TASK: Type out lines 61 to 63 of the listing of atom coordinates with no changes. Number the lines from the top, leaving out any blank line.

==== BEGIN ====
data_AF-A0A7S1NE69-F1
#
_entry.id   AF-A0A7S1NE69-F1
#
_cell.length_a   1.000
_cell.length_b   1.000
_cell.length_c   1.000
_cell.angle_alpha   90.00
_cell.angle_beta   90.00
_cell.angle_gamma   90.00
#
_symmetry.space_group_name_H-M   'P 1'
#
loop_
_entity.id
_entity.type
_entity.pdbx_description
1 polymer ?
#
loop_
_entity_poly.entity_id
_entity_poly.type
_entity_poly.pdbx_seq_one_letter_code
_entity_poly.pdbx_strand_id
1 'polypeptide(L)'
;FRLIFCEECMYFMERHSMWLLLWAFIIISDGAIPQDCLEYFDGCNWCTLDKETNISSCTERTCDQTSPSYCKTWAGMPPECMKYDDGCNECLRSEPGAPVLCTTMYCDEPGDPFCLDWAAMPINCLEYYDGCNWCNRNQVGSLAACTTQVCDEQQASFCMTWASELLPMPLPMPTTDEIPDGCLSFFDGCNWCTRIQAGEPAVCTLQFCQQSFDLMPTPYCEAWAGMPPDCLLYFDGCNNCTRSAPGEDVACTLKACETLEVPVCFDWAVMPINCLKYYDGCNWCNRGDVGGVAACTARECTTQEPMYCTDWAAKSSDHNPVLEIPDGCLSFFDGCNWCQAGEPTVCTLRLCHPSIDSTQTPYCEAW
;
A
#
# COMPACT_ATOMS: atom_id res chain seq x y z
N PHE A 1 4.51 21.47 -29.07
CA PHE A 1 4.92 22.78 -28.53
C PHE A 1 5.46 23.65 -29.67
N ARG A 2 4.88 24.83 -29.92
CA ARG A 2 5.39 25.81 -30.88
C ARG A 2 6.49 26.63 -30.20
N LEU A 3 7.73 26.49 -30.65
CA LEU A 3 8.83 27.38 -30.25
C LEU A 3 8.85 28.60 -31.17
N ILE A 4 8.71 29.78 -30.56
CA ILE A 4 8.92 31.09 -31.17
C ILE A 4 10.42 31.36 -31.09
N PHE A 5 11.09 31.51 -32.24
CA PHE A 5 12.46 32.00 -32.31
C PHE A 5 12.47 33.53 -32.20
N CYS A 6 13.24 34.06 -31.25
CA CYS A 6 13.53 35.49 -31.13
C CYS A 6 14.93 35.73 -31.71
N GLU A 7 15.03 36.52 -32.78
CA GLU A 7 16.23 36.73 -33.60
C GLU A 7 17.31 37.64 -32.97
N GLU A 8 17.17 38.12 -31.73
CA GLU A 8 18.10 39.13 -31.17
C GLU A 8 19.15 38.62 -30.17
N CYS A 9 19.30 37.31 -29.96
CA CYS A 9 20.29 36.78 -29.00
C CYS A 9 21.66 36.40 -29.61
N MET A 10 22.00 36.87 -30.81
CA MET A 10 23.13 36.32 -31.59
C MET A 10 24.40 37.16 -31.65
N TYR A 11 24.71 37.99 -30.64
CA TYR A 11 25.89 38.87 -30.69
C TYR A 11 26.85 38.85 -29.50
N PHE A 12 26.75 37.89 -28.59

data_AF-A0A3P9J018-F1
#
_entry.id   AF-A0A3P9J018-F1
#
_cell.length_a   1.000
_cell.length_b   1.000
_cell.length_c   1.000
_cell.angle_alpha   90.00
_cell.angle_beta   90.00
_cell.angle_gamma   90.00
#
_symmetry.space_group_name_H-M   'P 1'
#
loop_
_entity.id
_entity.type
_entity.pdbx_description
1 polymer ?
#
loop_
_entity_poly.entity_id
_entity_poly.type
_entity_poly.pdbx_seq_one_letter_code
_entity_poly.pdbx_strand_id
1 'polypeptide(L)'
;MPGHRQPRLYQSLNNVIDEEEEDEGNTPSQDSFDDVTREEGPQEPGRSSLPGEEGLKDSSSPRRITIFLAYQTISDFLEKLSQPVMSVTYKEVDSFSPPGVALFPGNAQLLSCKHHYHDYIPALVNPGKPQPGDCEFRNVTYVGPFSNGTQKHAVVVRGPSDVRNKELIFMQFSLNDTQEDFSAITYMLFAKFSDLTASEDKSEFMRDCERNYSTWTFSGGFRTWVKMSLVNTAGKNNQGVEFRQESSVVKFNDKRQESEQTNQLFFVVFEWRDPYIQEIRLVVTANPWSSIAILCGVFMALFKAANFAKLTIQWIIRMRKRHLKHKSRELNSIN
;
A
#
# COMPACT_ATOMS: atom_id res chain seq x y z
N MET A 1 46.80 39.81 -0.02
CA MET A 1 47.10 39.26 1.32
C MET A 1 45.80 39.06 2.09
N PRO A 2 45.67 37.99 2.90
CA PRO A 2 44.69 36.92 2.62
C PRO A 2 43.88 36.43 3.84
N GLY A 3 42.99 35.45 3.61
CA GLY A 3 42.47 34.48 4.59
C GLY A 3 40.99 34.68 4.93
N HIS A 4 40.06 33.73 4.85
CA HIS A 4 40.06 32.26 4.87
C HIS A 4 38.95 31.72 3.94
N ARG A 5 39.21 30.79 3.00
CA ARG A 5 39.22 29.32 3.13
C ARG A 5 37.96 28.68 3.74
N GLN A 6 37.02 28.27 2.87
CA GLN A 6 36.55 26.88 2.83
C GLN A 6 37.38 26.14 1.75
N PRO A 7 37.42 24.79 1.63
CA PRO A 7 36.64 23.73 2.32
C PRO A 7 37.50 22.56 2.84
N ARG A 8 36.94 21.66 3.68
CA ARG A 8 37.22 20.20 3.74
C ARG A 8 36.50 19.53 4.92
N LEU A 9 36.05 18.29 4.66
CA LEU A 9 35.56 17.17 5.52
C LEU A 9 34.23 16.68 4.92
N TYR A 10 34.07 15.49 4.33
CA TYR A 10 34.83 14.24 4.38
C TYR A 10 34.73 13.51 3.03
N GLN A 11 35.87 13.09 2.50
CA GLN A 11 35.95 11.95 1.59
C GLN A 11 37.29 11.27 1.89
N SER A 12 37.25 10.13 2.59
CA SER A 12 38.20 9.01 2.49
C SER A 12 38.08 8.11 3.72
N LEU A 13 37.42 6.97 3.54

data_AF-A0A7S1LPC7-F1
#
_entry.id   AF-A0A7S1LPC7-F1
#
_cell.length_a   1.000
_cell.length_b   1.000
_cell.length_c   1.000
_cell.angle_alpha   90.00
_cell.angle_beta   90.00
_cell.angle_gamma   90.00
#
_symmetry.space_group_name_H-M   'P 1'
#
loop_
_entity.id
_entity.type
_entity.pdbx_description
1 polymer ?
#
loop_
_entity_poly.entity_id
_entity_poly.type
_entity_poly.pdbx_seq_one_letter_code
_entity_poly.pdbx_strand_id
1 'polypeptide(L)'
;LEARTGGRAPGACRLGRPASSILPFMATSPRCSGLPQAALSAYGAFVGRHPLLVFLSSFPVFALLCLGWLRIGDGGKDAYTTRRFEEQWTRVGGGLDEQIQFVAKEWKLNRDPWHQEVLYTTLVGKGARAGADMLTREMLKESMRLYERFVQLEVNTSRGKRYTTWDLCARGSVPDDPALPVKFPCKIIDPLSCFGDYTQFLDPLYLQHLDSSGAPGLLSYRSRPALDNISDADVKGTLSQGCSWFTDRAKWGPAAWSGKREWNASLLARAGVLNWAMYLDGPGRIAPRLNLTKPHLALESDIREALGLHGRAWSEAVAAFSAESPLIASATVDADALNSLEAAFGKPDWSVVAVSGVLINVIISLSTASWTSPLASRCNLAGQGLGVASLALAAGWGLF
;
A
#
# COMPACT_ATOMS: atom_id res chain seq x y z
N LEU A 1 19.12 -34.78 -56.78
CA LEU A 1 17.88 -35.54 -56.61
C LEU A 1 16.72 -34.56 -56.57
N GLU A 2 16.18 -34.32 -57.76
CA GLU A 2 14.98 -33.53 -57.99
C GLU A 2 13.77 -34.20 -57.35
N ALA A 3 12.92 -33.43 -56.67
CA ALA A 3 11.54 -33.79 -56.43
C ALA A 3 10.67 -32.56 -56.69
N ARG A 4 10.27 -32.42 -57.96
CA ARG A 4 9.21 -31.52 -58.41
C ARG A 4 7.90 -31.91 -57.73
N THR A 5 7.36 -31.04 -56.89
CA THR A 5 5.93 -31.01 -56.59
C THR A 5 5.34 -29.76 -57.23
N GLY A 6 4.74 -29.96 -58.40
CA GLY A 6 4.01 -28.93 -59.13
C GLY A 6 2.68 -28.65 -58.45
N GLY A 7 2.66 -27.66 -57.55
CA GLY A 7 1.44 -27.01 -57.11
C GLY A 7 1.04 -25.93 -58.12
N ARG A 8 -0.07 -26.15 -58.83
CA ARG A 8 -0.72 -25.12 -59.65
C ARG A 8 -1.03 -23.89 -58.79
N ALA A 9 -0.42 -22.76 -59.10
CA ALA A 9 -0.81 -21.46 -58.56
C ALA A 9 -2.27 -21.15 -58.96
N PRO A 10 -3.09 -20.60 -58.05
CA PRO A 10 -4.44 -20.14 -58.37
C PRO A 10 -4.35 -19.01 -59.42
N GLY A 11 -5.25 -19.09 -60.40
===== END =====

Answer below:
N TYR A 11 24.71 37.99 -30.64
CA TYR A 11 25.89 38.87 -30.69
C TYR A 11 26.85 38.85 -29.50